MFRS 15 implementation challenges in the telecommunications industry

17 November 2017
By Kuan Sook Fern, Assurance Executive Director, PwC Malaysia

The telecommunications industry is probably one of the industries that is most affected by MFRS 15 – ‘Revenue from Contract with Customers’ (“MFRS 15”). The rush, from completing the accounting and gap assessments to getting the business and information technology (“IT”) requirements ready, in order for the systems to be up and running by 1 January 2018, began in 2016. Some of the key challenges that the telecommunications operators ("telcos") faced were:

 

Identifying Performance Obligations (“POs”)

Most telcos offer subsidised handsets with 12 or 24 months service plans/contracts that provide voice, SMS and data services. Throw in some additional services into the plan – e.g. an option to upgrade the handset, roaming passes, weekend data, pocket Wi-Fi, free trial access to video on demand services, and club member privileges – and you can imagine the pain that the telcos had  to go through when identifying POs. Could some of these have resulted in material rights?

 

Before POs could even be identified, the finance department had to spend significant amounts of time with the respective product owners, marketing, and other departments to understand the features of the service plans in detail. At the same time, product owners and the marketing department were struggling to grasp the fact that freebies thrown into a plan could potentially translate into a separate PO with a price attached to it under the new revenue standard.

Some telcos with a past practice of capitalising handset subsidies could no longer capitalise handset subsidies, plus there was a possibility that certain contracts could now contain an operating lease for the handset. Installation charges had to be analysed in bundled services. And gross vs agent analysis had to be re-performed by the telcos for certain arrangements with their distribution channels.

 

Allocating SSPs to POs

As if identifying POs was not challenging enough, allocating a stand-alone selling price (“SSP”) to the POs was another hurdle. In most cases, there wasn’t a single standard price, and determining SSPs often involved a significant amount of judgement.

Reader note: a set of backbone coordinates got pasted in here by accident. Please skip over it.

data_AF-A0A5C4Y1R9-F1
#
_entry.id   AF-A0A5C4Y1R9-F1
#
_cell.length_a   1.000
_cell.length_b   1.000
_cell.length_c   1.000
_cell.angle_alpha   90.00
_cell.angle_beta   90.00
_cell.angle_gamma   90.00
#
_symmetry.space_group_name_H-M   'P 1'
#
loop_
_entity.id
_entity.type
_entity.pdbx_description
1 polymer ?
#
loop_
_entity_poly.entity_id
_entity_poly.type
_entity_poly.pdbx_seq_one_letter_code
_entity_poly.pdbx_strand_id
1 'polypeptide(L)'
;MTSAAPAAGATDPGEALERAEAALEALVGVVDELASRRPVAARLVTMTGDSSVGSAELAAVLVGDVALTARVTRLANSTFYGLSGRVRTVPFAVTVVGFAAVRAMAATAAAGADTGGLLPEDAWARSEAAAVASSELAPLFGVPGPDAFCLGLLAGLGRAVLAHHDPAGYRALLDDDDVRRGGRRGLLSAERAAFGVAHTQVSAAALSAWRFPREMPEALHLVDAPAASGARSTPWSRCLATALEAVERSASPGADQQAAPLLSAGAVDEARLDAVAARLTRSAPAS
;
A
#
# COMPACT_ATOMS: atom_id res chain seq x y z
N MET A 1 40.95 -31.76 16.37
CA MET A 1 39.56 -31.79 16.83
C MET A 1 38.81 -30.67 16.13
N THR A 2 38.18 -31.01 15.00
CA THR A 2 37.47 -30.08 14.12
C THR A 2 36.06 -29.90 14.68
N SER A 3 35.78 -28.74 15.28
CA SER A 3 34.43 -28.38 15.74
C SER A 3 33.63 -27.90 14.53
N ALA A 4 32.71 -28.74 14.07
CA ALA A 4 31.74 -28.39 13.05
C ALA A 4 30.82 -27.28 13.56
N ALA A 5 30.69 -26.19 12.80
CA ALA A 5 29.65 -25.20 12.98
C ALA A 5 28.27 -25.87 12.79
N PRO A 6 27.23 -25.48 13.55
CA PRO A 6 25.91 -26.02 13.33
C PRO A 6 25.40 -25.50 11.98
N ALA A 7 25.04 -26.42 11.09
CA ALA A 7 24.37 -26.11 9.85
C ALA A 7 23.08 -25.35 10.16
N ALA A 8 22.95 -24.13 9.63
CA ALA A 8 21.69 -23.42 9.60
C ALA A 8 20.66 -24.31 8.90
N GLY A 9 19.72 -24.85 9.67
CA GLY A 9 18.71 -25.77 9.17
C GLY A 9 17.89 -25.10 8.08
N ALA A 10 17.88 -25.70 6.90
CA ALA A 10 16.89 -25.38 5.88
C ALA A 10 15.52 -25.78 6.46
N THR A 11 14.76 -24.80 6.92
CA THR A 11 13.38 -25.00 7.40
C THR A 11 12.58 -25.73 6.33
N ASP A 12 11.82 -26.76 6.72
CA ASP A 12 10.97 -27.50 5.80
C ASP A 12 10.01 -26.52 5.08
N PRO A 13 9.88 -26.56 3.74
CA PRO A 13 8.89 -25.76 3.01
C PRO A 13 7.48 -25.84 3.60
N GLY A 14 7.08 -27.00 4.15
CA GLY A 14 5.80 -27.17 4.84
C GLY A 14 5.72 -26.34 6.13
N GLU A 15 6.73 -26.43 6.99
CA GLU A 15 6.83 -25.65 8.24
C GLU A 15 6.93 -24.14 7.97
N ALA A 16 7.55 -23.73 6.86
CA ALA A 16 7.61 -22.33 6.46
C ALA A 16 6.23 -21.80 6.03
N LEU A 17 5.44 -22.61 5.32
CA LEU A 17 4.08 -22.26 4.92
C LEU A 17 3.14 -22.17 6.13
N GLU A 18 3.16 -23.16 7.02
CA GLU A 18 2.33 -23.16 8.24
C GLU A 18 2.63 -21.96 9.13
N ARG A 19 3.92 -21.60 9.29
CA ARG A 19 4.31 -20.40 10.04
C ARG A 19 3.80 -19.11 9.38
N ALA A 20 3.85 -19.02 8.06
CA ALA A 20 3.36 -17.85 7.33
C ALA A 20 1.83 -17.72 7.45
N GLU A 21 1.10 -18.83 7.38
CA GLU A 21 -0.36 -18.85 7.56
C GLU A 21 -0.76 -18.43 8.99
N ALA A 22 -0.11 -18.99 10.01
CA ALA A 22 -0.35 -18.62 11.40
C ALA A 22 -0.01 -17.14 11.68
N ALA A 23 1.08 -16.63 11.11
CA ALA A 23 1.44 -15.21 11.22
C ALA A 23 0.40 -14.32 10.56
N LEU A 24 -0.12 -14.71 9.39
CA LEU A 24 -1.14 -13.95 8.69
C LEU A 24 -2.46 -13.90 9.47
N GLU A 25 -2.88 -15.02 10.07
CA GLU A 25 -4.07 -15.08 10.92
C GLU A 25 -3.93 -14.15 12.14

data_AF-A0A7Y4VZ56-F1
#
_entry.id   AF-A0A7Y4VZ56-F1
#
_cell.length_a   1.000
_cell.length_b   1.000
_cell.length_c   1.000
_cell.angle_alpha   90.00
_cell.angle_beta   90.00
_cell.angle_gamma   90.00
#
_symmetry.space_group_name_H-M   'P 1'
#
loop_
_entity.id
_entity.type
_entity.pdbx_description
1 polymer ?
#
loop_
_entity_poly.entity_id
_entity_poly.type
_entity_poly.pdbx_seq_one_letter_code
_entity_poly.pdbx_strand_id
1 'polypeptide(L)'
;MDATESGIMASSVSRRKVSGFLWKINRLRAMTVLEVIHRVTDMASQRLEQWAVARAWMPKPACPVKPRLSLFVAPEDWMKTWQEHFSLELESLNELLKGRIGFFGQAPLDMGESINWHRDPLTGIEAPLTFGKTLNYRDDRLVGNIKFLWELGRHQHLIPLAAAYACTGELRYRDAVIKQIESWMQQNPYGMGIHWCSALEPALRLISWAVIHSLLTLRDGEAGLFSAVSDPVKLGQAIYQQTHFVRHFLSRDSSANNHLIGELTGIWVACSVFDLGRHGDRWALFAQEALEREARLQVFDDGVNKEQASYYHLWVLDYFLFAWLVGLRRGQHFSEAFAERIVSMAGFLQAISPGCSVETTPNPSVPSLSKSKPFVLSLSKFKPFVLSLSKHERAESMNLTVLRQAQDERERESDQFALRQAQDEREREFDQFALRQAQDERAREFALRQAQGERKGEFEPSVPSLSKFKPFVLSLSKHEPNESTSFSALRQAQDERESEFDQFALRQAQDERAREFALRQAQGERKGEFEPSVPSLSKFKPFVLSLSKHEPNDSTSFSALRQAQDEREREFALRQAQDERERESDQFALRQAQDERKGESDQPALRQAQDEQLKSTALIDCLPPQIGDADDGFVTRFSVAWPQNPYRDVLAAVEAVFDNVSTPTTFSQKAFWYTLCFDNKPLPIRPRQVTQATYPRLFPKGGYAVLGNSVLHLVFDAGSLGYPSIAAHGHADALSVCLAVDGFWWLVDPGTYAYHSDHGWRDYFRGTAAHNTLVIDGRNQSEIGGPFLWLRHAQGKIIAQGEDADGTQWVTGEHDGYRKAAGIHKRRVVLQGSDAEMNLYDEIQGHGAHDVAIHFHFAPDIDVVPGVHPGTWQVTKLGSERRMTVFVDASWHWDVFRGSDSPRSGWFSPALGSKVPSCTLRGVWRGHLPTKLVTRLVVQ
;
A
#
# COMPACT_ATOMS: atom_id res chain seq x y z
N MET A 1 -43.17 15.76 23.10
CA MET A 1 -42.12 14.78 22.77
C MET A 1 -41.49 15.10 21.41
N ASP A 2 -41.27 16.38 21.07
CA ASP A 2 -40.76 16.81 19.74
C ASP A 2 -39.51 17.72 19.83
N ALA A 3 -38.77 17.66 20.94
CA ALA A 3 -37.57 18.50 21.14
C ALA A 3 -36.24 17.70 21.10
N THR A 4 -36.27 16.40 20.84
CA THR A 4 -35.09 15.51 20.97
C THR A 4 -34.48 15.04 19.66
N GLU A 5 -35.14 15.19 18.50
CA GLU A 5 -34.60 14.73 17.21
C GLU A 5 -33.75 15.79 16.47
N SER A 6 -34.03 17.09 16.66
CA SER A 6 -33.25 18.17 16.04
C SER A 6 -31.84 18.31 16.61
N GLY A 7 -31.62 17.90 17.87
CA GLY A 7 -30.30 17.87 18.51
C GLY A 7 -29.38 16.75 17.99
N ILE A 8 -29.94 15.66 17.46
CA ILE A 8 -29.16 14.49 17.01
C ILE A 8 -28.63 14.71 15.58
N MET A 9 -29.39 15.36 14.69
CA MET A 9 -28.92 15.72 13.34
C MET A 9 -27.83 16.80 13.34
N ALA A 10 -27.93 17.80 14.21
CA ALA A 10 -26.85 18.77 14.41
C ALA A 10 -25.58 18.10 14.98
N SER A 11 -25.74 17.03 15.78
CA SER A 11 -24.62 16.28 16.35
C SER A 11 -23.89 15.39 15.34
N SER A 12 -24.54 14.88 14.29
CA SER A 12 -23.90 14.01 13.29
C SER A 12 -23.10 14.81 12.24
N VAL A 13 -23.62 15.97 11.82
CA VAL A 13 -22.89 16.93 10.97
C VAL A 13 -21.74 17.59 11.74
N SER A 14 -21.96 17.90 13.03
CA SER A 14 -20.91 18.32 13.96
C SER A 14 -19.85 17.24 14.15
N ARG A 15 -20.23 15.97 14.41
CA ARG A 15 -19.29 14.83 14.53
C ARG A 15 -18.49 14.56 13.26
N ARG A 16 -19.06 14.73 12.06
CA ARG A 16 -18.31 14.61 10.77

How should  telcos price 1GB of data vs 15GB of data? How should they price free data content?

A slight difference in the SSP would affect the amount of revenue recognised at any point in time due to voluminous contracts with the subscribers. If key performance indicators (“KPIs”) were tagged to revenue measures for performance and rewards, then SSPs should be reviewed closely.

Whilst trying to be as accurate as possible, most telcos exercised judgement and applied a materiality threshold during the process of identifying POs and determining a SSP for each PO. Where the impact was assessed to be immaterial compared to the current practice pre MFRS 15, no changes were made to the IT systems.

 

Getting IT involved

It was also crucial for the IT department to be involved from the start so that they understood the objectives and can identify data gaps based on the existing systems.

One of the challenges faced by the telcos was having to choose between upgrading their existing accounting and billing systems, or keeping the existing systems and using a separate revenue engine to calculate the MFRS 15 adjustments.

The other challenge was having to ensure that the IT consultants had enough time to complete the system requirements and to perform user acceptance testing. It is important that a simulation of the results from the system are analysed before the system goes live. Most system implementers require six to nine months to meet the system requirements,which means that the systems would be ready just in time for the effective date. 

 

Deciding on the approach

In the first instance, most of the telcos found the modified retrospective approach more appealing as they wouldn’t need to gather voluminous historical data to restate comparatives. However, after further considerations, some of the telcos may choose to go with the full retrospective approach instead to avoid having to keep two sets of accounting records in the year of adoption to meet disclosure requirements under the modified retrospective approach. It is important to consider the ability of the company to gather historical data as open contracts for the prior periods have to be restated.

So these are some of the challenges that the telcos faced. Up next, we look at the implementation challenges within the automotive industry.

Contact us

Kuan Sook Fern

Assurance Executive Director, PwC Malaysia

Tel: +60 (3) 2173 1060

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